Marianne (Dyck) Thiessen, a charter member of Pineridge Christian Fellowship, Calgary, died on Nov. 8, 2014. Professionally a nurse, yet she was much more than that: a flower that never faded, a softener of hearts, an exemplary mother and wife, a gentle spirit who eased tensions and warmed relationships.
In “Do Not Store up Treasures in Pensions” (Jan. 5, 2015 issue) I wrote about Mennonite Church (MC) Canada's “core option” pension plan and the complications of Socially Responsible Investment. See the article here.
1. How has our society’s attitude toward same-sex relationships changed in the past 20 or 30 years? Who or what has contributed to this shift? How much has the church changed its attitude on this issue?
A few years ago, when I prayed for a greater sense of social responsibility and deeper bonds with fellow Christians, I had no idea God would answer my prayer as creatively as he did.
Whom are you battling? Can you picture them or it? Everyone is at war, some on numerous fronts. “Be kind,” wrote Philo of Alexandria. “Everyone you meet is fighting a great battle.”
This is an important point. To remember that every irritating person is human like I am, confronted daily by battles, would certainly make the world a better place.
Twitter informed me this morning that Bethany College in Hepburn, Sask., is closing in 2015 after 87 years of teaching. Ron Toews, director of the Canadian Conference of MB Churches’ leadership development arm, says, “The closure of Bethany doesn’t change the reality that we need to continue walking alongside young women and men as they think about the foundation of their lives.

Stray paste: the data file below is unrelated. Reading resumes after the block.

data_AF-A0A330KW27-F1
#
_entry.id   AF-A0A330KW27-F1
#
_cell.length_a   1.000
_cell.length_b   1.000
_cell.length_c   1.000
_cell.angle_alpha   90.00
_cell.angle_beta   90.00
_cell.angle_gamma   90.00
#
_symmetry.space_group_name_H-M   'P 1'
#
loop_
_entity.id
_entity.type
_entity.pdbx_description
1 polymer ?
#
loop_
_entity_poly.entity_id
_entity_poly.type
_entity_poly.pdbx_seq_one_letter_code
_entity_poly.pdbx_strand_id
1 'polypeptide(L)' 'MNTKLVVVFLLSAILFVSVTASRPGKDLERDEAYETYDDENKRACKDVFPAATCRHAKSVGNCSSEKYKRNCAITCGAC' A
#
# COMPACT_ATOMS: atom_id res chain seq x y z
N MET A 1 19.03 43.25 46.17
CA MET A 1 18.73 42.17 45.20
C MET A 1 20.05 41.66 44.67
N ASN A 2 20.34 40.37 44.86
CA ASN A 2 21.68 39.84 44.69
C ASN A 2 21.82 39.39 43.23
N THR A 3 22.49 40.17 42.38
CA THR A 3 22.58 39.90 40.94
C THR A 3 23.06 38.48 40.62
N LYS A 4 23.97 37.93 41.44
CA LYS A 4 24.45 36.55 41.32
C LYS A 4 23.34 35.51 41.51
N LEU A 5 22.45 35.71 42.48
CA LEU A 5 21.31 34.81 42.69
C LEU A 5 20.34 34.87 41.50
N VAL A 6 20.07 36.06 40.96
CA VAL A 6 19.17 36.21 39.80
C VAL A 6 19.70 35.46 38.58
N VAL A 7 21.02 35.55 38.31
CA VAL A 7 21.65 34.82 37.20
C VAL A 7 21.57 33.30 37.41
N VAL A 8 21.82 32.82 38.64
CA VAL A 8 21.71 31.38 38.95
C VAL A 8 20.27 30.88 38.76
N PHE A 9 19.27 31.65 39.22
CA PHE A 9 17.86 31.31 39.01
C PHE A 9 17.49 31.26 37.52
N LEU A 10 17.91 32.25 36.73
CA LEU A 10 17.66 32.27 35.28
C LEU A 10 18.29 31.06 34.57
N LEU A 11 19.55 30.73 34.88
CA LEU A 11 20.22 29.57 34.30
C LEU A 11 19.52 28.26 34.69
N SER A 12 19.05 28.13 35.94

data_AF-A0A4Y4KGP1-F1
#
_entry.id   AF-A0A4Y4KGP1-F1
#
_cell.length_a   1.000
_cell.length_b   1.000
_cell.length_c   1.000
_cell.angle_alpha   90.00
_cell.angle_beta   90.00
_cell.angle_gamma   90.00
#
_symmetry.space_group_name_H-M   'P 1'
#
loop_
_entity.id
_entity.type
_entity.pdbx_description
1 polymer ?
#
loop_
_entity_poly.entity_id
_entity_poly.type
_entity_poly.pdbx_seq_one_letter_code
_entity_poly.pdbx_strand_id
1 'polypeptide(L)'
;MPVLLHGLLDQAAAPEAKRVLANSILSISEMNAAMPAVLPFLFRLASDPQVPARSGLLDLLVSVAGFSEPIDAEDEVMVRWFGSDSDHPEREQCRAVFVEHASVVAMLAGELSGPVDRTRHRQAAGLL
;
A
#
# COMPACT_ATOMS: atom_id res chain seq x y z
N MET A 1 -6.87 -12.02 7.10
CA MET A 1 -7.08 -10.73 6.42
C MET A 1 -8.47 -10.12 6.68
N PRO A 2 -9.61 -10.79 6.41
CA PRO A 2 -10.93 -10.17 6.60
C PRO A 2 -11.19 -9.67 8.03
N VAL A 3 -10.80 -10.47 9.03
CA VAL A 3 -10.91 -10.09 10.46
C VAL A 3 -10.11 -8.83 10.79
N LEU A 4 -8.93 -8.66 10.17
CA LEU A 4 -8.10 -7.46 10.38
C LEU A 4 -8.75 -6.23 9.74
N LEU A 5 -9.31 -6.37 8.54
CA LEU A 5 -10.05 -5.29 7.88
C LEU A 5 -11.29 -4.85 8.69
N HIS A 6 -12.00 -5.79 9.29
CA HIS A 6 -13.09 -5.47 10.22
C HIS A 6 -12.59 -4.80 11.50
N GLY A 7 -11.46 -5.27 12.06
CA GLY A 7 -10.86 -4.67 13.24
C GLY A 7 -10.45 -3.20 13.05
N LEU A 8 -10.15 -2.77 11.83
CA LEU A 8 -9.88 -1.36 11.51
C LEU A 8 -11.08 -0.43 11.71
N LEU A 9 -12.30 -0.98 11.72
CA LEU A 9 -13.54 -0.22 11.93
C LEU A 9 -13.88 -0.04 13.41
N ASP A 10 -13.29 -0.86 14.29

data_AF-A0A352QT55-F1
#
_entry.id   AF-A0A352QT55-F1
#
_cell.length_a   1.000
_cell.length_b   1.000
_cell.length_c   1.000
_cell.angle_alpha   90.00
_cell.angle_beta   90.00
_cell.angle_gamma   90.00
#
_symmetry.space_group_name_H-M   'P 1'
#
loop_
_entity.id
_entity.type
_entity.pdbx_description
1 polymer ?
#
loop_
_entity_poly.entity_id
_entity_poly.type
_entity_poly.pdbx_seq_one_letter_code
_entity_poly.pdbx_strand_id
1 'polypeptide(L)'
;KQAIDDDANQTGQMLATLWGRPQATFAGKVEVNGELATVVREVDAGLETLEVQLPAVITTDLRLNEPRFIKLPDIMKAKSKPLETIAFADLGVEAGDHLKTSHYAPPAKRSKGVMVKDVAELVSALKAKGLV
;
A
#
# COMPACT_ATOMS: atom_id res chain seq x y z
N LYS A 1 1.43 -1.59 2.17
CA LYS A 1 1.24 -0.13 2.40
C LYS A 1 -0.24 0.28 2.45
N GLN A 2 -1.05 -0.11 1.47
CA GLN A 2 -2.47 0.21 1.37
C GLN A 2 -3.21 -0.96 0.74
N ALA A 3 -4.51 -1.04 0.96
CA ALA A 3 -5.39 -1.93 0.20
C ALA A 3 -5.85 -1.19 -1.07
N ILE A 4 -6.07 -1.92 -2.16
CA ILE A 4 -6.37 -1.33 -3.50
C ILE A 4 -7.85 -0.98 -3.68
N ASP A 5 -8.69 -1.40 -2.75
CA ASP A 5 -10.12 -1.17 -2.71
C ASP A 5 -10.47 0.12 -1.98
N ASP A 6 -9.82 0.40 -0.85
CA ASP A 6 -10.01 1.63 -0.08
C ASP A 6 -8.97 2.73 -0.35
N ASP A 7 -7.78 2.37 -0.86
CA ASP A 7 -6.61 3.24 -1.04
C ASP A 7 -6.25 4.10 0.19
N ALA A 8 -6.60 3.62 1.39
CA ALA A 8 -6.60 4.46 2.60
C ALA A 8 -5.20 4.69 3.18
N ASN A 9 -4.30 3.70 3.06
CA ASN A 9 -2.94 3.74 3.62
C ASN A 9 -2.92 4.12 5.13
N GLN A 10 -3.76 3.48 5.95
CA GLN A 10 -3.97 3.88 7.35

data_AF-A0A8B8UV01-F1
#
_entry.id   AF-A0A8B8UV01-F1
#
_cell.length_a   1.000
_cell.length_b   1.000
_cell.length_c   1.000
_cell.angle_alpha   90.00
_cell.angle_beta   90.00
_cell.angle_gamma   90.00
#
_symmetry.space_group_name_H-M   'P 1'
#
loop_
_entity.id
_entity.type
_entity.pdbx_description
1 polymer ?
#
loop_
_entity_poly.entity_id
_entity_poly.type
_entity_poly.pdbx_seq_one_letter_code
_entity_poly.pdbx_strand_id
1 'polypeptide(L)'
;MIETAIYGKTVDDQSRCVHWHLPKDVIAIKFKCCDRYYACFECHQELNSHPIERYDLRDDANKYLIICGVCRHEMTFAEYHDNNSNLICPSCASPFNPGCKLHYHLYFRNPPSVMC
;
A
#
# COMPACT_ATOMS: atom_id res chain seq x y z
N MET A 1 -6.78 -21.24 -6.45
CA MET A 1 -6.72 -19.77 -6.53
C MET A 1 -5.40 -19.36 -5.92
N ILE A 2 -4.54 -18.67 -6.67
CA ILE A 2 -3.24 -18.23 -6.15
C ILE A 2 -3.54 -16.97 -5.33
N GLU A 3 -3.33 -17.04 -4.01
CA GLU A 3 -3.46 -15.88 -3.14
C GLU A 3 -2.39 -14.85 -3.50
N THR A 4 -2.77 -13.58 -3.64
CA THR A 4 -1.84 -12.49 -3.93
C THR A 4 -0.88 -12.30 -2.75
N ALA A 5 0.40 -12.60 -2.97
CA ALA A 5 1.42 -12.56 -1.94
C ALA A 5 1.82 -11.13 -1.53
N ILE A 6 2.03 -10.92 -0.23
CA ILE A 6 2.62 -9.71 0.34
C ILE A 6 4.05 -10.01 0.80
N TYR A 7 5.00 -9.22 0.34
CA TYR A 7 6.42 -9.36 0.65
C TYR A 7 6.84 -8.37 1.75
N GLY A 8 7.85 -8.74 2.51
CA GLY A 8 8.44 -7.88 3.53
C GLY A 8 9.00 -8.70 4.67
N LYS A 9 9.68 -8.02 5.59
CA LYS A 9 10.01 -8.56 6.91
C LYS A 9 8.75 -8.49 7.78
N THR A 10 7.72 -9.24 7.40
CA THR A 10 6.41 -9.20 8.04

Mennonites share their faith through their lives
I recall saying in my youth that “Christianity does not come equipped with standard airbags and anti-lock brakes,” features commonly advertised for cars at the time. I felt society’s fixation on safety and security should not be adopted by Christians. Faith is risky.
I was young and idealistic then. Some older folks said I’d get over it.
A way of life is being dramatically changed as the pastoralist people learn to grow crops. The Foodgrains Bank and Canadian World Lutheran Relief are working through the Support for Sustainable Development organization on food-for-work projects that build irrigation systems. They provide training on how to grow and market crops. (Credit: Evelyn Rempel Petkau)
Ethiopia is a country undergoing transformation. Stu Clark, senior policy advisor for the Canadian Foodgrains Bank, writes, ‘The challenge now is to ensure that rural Ethiopians enjoy the same rapid growth as those in Addis Ababa [pictured]. While food aid expenditures have declined, Foodgrains Bank expenditures for agricultural development in Ethiopia have increased over the past decade to about $1 million a year.’ (Credit: Evelyn Rempel Petkau)
Ginjo struggles to support his family of 10 on a hectare of land. But by adopting new conservation methods of farming this past growing season he was able to dramatically increase the yield of his maize crop, which he harvested from the field in the foreground. (Credit: Evelyn Rempel Petkau)